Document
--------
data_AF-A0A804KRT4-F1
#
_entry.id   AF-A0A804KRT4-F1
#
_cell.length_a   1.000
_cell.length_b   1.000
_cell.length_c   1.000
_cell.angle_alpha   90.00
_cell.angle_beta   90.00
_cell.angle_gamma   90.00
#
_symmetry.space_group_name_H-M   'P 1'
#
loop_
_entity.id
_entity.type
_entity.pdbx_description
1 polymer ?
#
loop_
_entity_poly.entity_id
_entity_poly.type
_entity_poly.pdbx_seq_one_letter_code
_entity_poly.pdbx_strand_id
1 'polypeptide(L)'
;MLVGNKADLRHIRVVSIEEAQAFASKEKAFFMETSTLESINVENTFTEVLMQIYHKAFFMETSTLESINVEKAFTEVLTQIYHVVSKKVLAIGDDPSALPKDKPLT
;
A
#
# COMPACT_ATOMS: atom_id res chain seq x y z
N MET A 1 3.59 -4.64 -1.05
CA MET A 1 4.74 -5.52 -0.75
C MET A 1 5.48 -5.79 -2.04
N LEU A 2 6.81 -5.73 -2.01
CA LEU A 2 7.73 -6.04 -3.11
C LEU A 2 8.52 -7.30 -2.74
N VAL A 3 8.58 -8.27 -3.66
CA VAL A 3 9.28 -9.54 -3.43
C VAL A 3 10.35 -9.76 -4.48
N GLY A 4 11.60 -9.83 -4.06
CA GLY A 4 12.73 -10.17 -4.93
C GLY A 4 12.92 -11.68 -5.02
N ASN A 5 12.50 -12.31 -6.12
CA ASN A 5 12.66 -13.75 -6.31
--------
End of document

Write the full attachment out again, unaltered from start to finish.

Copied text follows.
data_AF-A0A804KRT4-F1
#
_entry.id   AF-A0A804KRT4-F1
#
_cell.length_a   1.000
_cell.length_b   1.000
_cell.length_c   1.000
_cell.angle_alpha   90.00
_cell.angle_beta   90.00
_cell.angle_gamma   90.00
#
_symmetry.space_group_name_H-M   'P 1'
#
loop_
_entity.id
_entity.type
_entity.pdbx_description
1 polymer ?
#
loop_
_entity_poly.entity_id
_entity_poly.type
_entity_poly.pdbx_seq_one_letter_code
_entity_poly.pdbx_strand_id
1 'polypeptide(L)'
;MLVGNKADLRHIRVVSIEEAQAFASKEKAFFMETSTLESINVENTFTEVLMQIYHKAFFMETSTLESINVEKAFTEVLTQIYHVVSKKVLAIGDDPSALPKDKPLT
;
A
#
# COMPACT_ATOMS: atom_id res chain seq x y z
N MET A 1 3.59 -4.64 -1.05
CA MET A 1 4.74 -5.52 -0.75
C MET A 1 5.48 -5.79 -2.04
N LEU A 2 6.81 -5.73 -2.01
CA LEU A 2 7.73 -6.04 -3.11
C LEU A 2 8.52 -7.30 -2.74
N VAL A 3 8.58 -8.27 -3.66
CA VAL A 3 9.28 -9.54 -3.43
C VAL A 3 10.35 -9.76 -4.48
N GLY A 4 11.60 -9.83 -4.06
CA GLY A 4 12.73 -10.17 -4.93
C GLY A 4 12.92 -11.68 -5.02
N ASN A 5 12.50 -12.31 -6.12
CA ASN A 5 12.66 -13.75 -6.31